The first NALP Learning Lab was held for members of Senate and Congress and their staffs. Photo: Danielle Lanning

The first NALP Learning Lab was held for members of Senate and Congress and their staffs. Photo: Danielle Lanning

If you happened to walk down the hall of the Rayburn House of Representatives office building Tuesday, you would’ve noticed staffers and legislators carrying tiny succulents back to their offices.

The succulents were take-home gifts from the National Association of Landscape Professionals (NALP), who hosted a Learning Lab for legislators and their staffs during the annual Legislative Day visit to Capitol Hill. In an effort to educate legislators on issues facing landscape and lawn care businesses in their districts, NALP members visited offices, and the Learning Lab rounded out the day with education outreach.

Earlier in the day, dozens of NALP members boarded buses for Capitol Hill, including a dozen members of the Illinois Landscape Contractors Association (ILCA). They trekked from one side of the Capitol building to the other to see their representatives in the House and the Senate.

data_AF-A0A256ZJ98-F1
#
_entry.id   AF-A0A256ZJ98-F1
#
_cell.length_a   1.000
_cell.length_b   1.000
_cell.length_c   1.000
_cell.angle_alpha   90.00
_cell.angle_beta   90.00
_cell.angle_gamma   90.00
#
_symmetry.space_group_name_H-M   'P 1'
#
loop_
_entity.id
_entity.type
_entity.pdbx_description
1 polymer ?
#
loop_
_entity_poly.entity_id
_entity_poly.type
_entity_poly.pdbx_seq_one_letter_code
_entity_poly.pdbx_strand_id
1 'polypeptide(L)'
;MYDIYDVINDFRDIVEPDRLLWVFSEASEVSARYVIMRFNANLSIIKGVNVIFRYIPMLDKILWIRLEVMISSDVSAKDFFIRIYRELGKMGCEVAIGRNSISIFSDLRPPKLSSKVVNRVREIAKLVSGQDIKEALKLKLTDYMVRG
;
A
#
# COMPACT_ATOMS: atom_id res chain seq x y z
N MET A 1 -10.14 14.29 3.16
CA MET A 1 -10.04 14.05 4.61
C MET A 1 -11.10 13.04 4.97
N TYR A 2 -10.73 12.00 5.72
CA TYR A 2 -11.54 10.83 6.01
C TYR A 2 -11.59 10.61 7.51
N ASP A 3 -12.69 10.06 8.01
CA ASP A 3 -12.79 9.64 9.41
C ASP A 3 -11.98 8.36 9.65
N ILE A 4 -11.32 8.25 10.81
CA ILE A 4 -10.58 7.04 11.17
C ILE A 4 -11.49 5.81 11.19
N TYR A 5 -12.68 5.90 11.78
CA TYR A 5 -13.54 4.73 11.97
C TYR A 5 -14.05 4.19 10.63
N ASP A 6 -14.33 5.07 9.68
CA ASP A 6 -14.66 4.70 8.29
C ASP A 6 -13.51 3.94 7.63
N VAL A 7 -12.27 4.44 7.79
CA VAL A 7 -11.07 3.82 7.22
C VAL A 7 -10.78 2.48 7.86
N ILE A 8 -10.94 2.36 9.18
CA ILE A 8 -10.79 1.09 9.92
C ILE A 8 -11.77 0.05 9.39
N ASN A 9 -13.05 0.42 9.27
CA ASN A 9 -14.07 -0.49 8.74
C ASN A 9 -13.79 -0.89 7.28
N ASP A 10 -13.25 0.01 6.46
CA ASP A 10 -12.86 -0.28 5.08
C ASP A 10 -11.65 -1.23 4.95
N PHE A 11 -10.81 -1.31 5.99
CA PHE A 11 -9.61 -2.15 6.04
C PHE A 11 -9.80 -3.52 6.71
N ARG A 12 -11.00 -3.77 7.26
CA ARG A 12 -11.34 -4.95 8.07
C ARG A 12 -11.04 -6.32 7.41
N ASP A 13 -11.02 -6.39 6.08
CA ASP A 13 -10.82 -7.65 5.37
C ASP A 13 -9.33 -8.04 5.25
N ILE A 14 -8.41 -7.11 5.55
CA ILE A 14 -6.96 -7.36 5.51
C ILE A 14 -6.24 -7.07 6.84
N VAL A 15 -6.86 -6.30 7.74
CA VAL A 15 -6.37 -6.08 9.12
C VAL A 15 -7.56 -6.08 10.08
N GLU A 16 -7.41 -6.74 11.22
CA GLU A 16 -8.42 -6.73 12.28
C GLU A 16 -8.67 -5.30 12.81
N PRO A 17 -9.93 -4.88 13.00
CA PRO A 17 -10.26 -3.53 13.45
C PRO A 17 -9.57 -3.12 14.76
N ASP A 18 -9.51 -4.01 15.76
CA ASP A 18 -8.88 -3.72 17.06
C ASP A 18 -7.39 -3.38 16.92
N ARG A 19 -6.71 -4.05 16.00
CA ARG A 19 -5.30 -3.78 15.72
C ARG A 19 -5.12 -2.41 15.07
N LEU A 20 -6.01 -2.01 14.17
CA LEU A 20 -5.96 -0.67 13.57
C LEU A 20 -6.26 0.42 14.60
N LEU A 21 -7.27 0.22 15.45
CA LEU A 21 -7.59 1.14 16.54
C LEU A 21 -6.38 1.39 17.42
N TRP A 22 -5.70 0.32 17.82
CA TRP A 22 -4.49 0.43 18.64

Scott Grams, executive director of ILCA, pointed out the two main issues their state is dealing with: the H-2B guest worker program and possible pesticide regulations. Grams told Jonathan VanderPlas, legislative counsel for U.S. Sen. Mark Kirk (Ill.-R), that the number of seasonal guest workers just isn’t enough for the state’s businesses.

In the office of Senator Mark Kirk with the Illinois Landscape Contractors Association. Photo: Danielle Lanning

In the office of Senator Mark Kirk with the Illinois Landscape Contractors Association. Photo: Danielle Lanning

“Most landscape businesses are operating at 60 percent capacity because of labor shortages,” Grams said.

And with the hurdles they have to jump through to get approval for guest workers, and the cost involved, the number of ICLA member businesses using the H-2B program has dwindled from 100 members to only 30, according to Grams. The program’s cumbersome application process aside, the workers are desperately needed due to lack of availability of laborers.